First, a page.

Prognostics and Health Management (PHM) is an engineering discipline focused on predicting the point at which systems or components will no longer perform as intended. The prediction is often articulated as a Remaining Useful Life (RUL). RUL is an important decision-making tool for contingency mitigation, i.e., the prediction of an RUL (and its associated confidence) enables decisions to be made about how and when to maintain the system. PHM is generally applied to hardware systems in the electronics and non-electronics application domains. The application of PHM (and RUL) concepts has not been explored for application to software.

Today, software (SW) health management is confined to diagnostic assessments that identify problems, whereas prognostic assessment potentially indicates when in the future a problem will become detrimental to the operation of the system. Relevant areas such as SW defect prediction, SW reliability prediction, predictive maintenance of SW, SW degradation, and SW performance prediction, exist, but all represent static models, built upon historical data — none of which can calculate an RUL.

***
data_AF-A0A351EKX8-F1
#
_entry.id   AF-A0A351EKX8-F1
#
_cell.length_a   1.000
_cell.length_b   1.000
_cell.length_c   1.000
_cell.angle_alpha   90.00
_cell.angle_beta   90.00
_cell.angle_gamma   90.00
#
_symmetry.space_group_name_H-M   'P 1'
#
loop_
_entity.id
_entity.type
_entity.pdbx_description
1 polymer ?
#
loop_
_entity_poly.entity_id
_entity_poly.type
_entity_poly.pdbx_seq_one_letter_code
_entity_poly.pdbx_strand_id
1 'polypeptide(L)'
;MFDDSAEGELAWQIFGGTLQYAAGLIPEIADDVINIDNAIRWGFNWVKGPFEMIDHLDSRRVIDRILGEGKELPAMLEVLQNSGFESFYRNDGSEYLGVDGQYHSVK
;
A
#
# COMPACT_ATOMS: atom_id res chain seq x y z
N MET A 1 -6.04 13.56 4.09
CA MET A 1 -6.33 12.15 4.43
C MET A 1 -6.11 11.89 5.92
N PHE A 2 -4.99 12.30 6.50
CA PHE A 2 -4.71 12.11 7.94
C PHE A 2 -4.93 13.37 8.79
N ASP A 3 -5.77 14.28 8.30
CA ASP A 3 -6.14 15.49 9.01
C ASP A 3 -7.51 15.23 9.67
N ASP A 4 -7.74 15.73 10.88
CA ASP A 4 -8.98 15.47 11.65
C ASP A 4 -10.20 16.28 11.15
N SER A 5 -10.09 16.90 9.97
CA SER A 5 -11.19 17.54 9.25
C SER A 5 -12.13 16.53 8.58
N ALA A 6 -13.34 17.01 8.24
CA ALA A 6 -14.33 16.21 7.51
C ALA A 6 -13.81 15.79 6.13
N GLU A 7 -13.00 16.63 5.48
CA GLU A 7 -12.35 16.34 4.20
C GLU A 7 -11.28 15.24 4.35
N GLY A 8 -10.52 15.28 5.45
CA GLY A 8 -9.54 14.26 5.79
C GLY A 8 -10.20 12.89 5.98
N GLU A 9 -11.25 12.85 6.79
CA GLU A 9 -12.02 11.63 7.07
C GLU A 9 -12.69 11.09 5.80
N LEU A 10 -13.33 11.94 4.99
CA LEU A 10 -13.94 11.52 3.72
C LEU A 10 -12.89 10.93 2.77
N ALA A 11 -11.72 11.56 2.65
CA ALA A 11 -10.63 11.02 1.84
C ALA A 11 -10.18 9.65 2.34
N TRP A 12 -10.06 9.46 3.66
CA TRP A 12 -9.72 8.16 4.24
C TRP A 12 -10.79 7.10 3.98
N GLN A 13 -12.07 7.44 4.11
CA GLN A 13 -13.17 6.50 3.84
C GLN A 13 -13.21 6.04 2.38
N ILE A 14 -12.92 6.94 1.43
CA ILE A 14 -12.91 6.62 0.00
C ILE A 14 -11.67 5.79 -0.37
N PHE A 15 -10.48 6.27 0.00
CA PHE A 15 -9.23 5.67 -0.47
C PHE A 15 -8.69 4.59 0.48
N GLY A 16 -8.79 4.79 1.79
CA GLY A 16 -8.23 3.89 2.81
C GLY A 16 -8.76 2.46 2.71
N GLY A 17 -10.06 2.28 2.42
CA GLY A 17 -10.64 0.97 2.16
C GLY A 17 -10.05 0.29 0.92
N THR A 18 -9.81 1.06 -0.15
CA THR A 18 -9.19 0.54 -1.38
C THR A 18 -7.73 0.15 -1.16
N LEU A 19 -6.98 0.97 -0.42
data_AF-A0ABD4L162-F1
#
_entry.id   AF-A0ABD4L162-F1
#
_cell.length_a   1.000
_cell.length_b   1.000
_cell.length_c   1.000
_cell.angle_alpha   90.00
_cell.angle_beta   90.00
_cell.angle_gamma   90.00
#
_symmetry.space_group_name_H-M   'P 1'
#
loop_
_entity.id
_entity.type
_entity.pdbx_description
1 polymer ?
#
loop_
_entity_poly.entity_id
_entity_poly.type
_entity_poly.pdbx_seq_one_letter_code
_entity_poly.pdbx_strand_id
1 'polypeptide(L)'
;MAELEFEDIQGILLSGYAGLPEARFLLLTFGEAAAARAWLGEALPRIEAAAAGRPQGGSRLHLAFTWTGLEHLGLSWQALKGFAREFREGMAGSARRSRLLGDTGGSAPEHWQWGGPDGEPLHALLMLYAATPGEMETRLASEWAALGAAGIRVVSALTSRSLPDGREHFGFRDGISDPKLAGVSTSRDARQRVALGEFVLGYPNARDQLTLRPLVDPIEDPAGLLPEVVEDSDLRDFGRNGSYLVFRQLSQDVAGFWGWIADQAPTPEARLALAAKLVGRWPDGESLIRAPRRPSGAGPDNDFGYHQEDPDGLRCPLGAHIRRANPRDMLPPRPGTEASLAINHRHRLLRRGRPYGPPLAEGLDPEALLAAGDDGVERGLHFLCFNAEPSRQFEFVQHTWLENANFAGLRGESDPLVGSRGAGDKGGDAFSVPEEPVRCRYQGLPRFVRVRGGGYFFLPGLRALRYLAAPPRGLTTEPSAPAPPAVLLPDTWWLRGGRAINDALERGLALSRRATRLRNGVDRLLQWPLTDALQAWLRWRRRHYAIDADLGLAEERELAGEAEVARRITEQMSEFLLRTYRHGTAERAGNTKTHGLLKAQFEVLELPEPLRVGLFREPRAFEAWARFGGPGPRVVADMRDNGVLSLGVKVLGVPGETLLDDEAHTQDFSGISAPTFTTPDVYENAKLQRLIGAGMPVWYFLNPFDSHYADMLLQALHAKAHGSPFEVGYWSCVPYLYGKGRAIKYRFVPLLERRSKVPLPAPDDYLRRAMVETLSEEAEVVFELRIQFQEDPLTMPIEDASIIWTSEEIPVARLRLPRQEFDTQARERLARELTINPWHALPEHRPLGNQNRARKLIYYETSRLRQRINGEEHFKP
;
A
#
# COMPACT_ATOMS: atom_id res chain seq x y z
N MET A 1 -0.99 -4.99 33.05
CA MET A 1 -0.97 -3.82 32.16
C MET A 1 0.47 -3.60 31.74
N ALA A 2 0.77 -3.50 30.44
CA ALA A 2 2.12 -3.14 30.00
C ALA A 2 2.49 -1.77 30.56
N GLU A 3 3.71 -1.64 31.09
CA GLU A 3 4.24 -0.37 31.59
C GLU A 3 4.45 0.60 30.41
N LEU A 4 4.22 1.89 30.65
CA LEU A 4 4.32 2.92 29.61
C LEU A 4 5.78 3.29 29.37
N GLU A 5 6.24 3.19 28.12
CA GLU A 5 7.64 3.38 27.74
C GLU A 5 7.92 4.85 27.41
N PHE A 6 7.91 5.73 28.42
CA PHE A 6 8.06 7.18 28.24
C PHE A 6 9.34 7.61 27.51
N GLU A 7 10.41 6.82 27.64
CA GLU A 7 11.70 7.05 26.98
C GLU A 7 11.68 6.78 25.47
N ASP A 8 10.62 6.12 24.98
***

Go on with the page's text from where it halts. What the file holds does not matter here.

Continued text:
This paper addresses the application of PHM concepts to software systems for fault predictions and RUL estimation. Specifically, we wish to address how PHM can be used to make decisions for SW systems such as version update, module changes, rejuvenation, maintenance scheduling and abandonment.

This paper presents a method to prognostically and continuously predict the RUL of a SW system based on usage parameters (e.g., numbers and categories of releases) and multiple performance parameters (e.g., response time). The model is validated based on actual data (on performance parameters), generated by the test beds versus predicted data, generated by a predictive model. Statistical validation (regression validation) has been carried out as well. The test beds replicate and validate faults, collected from a real application, in a controlled and standard test (staging) environment. A case study based on publicly available data on faults and enhancement requests for the open-source Bugzilla application is presented. This case study demonstrates that PHM concepts can be applied to SW systems and RUL can be calculated to make decisions on software version update or upgrade, module changes, rejuvenation, maintenance schedule and total abandonment.

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